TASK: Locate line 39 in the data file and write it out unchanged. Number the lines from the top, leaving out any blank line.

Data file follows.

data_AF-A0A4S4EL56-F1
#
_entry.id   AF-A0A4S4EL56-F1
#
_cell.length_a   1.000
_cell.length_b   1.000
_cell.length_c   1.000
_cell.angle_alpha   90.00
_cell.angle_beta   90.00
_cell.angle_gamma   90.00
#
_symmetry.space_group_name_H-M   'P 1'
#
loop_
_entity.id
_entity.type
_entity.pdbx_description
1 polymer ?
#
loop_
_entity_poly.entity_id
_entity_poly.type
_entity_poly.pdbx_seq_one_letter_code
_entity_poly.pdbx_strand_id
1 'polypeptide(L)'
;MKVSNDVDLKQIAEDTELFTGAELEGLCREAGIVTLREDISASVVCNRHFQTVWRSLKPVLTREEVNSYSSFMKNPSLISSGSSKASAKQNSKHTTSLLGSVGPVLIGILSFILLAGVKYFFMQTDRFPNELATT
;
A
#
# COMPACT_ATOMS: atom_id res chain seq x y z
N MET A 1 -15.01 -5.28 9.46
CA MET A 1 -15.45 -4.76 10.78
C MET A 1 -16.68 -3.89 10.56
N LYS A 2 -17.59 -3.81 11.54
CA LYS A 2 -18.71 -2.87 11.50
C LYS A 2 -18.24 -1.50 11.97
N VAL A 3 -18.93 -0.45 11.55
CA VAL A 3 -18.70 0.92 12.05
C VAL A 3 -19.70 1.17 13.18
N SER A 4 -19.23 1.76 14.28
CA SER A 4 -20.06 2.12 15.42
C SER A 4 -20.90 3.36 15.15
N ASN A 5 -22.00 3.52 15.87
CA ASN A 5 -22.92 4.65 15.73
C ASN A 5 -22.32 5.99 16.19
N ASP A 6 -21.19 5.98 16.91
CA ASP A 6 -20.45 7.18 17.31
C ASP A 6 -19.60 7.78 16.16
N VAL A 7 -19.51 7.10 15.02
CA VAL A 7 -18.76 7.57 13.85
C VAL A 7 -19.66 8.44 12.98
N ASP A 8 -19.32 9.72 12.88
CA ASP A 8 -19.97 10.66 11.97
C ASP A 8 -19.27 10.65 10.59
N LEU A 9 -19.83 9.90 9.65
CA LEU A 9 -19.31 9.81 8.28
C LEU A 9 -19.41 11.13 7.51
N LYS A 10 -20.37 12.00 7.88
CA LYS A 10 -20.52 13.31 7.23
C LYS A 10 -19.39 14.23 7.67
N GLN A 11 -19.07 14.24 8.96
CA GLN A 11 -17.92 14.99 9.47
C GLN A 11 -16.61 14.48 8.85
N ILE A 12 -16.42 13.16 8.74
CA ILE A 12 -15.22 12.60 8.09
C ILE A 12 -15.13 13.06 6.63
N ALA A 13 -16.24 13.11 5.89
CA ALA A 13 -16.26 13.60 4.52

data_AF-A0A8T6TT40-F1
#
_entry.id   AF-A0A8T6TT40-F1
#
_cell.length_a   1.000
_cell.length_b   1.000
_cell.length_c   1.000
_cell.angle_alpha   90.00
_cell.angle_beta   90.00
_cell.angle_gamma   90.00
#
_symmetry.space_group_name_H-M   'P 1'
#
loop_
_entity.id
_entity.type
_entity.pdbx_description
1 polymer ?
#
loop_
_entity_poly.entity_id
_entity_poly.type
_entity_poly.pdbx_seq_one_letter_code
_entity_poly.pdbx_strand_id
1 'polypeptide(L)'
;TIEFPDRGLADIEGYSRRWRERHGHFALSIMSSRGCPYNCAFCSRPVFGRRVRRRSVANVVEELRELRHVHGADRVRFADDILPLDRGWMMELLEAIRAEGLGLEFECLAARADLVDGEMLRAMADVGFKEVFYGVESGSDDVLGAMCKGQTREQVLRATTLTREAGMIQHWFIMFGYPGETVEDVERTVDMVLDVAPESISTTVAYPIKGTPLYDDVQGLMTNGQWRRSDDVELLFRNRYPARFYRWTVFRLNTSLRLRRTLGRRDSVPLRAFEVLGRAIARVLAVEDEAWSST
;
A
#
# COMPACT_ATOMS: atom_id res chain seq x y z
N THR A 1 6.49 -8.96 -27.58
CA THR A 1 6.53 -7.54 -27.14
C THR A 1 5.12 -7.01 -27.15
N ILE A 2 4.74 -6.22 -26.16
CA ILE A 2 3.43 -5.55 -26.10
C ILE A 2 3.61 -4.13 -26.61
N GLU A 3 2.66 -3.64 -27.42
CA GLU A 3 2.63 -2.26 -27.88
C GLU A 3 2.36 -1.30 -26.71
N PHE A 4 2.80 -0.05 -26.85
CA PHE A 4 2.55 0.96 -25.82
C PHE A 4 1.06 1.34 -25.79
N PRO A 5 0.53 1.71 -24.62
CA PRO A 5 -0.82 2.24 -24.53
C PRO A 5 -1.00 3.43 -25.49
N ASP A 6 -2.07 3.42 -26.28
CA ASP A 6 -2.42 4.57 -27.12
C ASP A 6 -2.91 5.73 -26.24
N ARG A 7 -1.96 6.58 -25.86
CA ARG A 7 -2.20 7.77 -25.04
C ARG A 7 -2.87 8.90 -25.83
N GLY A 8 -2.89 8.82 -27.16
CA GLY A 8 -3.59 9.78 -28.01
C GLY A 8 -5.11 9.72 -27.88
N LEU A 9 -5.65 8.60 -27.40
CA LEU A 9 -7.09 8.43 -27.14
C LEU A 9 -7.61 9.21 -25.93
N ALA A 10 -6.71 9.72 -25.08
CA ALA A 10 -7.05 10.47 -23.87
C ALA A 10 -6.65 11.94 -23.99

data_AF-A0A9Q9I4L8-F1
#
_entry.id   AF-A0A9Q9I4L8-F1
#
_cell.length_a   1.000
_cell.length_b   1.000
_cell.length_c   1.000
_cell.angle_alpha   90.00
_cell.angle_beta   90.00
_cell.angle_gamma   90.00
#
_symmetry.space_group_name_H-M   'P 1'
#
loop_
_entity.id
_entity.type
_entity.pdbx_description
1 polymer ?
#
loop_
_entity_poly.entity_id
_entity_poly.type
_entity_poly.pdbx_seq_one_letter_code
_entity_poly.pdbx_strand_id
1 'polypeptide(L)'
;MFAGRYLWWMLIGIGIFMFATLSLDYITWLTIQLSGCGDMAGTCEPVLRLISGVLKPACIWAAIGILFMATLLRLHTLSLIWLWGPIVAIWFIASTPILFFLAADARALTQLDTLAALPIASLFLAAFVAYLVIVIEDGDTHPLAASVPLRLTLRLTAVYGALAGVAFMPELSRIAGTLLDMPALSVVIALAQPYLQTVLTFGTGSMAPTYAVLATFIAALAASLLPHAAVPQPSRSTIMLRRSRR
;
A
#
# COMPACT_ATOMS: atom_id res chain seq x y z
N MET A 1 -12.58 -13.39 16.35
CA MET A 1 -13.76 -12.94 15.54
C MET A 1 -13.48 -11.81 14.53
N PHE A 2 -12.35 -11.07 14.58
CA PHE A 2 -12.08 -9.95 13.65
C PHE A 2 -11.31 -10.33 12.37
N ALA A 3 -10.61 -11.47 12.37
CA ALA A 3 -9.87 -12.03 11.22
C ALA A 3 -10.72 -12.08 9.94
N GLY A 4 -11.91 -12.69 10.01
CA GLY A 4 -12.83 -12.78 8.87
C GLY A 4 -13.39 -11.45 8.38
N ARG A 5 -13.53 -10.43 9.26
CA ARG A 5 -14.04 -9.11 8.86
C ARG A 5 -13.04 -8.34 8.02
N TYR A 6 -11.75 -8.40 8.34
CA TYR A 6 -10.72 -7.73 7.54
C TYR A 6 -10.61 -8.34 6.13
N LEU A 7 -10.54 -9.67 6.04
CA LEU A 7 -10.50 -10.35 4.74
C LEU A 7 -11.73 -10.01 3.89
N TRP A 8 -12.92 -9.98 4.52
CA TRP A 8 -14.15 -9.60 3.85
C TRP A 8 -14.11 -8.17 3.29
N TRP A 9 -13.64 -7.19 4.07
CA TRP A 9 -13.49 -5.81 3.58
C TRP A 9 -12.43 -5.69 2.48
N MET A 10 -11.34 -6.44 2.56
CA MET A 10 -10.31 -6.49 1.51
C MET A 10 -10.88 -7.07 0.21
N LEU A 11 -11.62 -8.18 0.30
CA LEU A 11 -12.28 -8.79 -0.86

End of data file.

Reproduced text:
C VAL A 3 -19.70 1.17 13.18